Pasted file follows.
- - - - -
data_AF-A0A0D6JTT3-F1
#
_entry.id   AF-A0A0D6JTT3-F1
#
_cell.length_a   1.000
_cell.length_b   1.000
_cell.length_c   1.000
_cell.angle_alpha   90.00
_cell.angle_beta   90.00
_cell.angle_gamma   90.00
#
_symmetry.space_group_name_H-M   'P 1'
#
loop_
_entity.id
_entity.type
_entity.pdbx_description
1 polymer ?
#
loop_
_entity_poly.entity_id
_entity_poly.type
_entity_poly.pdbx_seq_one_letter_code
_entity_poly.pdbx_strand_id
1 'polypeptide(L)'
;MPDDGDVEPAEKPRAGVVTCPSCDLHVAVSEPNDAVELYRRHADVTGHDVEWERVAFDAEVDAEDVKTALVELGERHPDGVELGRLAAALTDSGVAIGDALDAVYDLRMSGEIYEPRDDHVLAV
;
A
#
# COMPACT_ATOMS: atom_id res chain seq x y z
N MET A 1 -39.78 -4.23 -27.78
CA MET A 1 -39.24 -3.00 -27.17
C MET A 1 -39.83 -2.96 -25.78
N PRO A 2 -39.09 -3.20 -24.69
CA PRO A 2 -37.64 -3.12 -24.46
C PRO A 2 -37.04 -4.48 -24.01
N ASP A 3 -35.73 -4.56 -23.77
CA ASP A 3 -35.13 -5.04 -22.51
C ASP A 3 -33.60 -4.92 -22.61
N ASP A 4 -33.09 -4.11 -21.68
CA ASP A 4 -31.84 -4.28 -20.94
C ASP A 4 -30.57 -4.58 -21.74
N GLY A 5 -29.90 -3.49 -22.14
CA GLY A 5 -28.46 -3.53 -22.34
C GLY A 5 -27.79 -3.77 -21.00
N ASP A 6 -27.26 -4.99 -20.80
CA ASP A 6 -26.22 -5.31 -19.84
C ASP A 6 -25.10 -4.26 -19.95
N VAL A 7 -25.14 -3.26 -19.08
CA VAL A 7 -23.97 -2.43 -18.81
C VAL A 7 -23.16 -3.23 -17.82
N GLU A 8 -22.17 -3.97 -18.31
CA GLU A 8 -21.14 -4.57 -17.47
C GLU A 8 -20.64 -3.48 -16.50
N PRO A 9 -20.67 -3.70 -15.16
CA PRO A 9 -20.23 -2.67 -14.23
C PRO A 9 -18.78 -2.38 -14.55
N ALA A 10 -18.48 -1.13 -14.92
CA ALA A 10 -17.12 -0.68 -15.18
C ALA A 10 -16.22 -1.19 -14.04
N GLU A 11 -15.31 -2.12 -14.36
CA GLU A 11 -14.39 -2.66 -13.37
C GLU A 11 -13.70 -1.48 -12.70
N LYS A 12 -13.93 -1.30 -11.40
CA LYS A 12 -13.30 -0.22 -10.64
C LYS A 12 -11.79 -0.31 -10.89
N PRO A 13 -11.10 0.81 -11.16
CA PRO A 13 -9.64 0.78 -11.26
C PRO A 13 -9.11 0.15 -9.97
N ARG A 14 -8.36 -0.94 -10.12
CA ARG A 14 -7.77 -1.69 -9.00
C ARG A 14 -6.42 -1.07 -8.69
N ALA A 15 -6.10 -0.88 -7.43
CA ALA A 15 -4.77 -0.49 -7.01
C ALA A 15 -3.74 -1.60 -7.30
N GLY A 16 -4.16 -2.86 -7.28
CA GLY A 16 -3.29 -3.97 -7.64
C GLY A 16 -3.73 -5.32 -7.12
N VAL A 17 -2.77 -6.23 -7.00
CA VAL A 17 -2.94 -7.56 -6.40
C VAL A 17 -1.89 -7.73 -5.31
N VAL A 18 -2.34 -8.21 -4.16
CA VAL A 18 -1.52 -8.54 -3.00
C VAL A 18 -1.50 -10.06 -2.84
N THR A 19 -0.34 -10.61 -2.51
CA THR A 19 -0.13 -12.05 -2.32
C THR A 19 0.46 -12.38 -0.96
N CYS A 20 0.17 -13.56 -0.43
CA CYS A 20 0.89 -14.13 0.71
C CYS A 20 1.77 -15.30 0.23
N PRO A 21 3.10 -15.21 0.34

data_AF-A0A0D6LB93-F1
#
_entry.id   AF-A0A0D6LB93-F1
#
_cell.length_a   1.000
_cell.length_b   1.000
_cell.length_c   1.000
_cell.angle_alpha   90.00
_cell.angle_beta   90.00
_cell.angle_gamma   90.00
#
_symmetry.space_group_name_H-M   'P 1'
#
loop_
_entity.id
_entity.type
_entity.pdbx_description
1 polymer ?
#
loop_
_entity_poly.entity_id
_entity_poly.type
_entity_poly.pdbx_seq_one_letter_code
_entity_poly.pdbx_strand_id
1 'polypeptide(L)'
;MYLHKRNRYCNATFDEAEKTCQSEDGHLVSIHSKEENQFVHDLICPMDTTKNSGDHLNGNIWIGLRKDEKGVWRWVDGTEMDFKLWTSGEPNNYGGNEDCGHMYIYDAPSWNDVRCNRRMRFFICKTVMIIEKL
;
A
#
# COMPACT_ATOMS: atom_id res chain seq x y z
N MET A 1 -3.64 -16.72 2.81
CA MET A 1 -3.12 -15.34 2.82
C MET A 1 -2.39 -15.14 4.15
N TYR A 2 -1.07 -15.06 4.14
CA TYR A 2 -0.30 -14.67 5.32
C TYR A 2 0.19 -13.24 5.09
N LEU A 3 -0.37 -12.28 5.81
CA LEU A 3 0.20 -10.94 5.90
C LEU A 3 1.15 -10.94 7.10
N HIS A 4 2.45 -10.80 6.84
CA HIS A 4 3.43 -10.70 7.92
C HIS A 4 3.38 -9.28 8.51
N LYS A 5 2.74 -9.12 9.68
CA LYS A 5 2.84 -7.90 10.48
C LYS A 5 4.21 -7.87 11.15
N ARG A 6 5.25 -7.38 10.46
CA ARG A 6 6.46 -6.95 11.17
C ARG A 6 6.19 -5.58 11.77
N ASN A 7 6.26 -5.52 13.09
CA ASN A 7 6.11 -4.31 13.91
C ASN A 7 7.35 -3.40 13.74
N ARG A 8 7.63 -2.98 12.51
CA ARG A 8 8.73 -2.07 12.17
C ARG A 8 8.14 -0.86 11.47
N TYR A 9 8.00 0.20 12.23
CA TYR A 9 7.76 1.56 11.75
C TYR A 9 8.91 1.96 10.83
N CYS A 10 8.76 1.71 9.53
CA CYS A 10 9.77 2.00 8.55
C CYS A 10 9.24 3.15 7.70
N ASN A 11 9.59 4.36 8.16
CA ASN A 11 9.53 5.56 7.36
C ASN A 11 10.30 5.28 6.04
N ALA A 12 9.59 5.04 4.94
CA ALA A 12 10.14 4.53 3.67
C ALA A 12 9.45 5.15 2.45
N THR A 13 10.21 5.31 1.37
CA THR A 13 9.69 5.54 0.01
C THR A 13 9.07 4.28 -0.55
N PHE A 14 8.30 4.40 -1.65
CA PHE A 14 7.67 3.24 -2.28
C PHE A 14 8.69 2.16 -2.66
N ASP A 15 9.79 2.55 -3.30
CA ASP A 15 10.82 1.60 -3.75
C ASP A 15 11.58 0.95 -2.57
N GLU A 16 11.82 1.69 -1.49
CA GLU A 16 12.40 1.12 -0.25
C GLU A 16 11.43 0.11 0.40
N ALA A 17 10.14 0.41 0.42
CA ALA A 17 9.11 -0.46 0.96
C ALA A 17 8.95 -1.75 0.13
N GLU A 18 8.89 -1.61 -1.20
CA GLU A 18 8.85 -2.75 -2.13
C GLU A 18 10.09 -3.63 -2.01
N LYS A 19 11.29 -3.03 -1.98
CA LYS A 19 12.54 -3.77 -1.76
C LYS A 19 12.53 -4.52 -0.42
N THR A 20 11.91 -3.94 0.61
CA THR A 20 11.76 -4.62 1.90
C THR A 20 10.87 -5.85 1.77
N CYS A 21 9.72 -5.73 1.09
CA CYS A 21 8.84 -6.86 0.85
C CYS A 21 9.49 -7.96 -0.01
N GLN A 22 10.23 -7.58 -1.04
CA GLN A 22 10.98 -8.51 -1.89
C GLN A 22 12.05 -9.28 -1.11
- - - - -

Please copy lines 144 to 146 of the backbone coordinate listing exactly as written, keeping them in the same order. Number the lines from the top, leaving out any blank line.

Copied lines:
CA ARG A 8 8.73 -2.07 12.17
C ARG A 8 8.14 -0.86 11.47
N TYR A 9 8.00 0.20 12.23